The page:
The Foreign Ministers of France and Germany spoke out late yesterday on the situation in the South-East of Ukraine
Here is a quote: “France and Germany are concerned about the increase in the number of ceasefire violations, while since July 2020 the situation in eastern Ukraine has stabilized. We are monitoring the situation with extreme closeness, in particular the movements of Russian troops, and call on the parties to restrain and immediately reduce tensions. We reaffirm our support for the sovereignty and territorial integrity of Ukraine within its internationally recognized borders”.
Outwardly – neutral. But at the same time, there are two hairpins in the Russian side (troop movements and internationally recognized borders) and not one in the Ukrainian side. Although it was yesterday, by the way, also for the first time since July 2020, that the Ukrainian shelling of the territory of the DPR took place and a 6-year-old child died. But not a word about it.
As a matter of fact, the territorial integrity of Ukraine (if not to take into account the Crimea, of course) is the common position of all participants in the Normandy format. The question is how to achieve this. And as long as the Westerners remain silent, Kiev will read such a position of silence as carte blanche for a military operation, for the restoration of territorial integrity by force. The position of Russia is no force, only direct dialogue between the conflicting parties. This is not in the statement of the two ministers, and in this sense it has no added value, but only adds fuel to the fire of the conflict.
And now a few more words about oil on fire. The unfairly forgotten, but no less tragic story of the beginning of the ten-year war in Yugoslavia. Let me remind you that then it was Germany on December 19, 1991, and then the entire European Union with the same France on January 15, 1992, recognized the unilaterally proclaimed independence of Croatia and Slovenia. Which at that time was not recognized by either Yugoslavia as a federation, or Serbia as its main constituent part (this is a fundamental difference from the collapse of the USSR, when the sovereignty of the union republics before their international recognition was recognized, if not by the USSR, then at least by Russia).
And then a terrible civil war broke out between the Yugoslav republics and within many of them, during which at least 200 thousand people died and up to 2 million more became refugees. What role did the unilateral actions of Germany and the European Union play in this (by the way, they were not supported at that time by either the United States or Great Britain) is a question that does not have an unambiguous answer. In my opinion, they played, and the most destructive, since if they did not provoke the war, then at least they did not prevent it (here is another fundamental difference from Russia, which in comparable situations prevented at least three wars, recognizing the independence of South Ossetia in 2008 and Abkhazia, and in 2014 – taking Crimea into its structure).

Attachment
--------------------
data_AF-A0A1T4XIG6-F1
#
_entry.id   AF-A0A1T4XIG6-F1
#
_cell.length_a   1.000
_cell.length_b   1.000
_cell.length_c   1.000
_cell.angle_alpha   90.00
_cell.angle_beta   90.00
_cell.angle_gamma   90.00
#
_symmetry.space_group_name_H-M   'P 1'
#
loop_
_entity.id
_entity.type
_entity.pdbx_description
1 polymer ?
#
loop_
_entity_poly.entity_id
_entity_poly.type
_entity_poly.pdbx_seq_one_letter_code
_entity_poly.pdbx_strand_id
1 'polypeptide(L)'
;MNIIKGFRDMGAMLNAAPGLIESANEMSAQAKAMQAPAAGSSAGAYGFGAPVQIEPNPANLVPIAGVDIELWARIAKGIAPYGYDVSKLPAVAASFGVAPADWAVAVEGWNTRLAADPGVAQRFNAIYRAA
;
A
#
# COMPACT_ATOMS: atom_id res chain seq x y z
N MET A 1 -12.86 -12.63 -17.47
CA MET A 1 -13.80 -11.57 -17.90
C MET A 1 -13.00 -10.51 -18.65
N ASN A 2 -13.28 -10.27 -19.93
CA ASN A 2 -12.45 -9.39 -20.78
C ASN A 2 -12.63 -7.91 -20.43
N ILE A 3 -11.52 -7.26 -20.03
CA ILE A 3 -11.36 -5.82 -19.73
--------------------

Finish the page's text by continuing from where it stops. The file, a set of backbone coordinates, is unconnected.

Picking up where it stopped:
Then, in 1991, our country was, alas, busy with its own problems and did not react properly. Otherwise, perhaps, there would have been no NATO bombing of Belgrade and Kosovo in 1999. But this is subjunctive. But what is not subjunctive is the consequences of the current position of Germany and France on the South-East, when they emphasize the need to fulfill the Minsk agreements only by Russia (?), Take Ukraine out of any criticism and ignore the inhabitants of the South-East.
This is really fraught. And the point here is not only the hypocrisy of the approaches of the Westernizers (Croatia, Slovenia and Kosovo – it is possible, South Ossetia, Abkhazia, Crimea – in no case). The fact is that people have been dying in the South-East of Ukraine for seven years. The tragedy of Yugoslavia, which began in December 1991 after the external recognition of the independence of Croatia and Slovenia, was stopped after 10 years. The tragedy of the South-East could have been stopped back in 2014 if the Europeans had withstood the guarantees of compliance with the constitution given to the then President of Ukraine, refused to recognize the coup d’etat, or at least demanded that the new Ukrainian authorities adhere to our common European values, where the rights of people, including humanitarian, but equally social, economic and political – in the first place.
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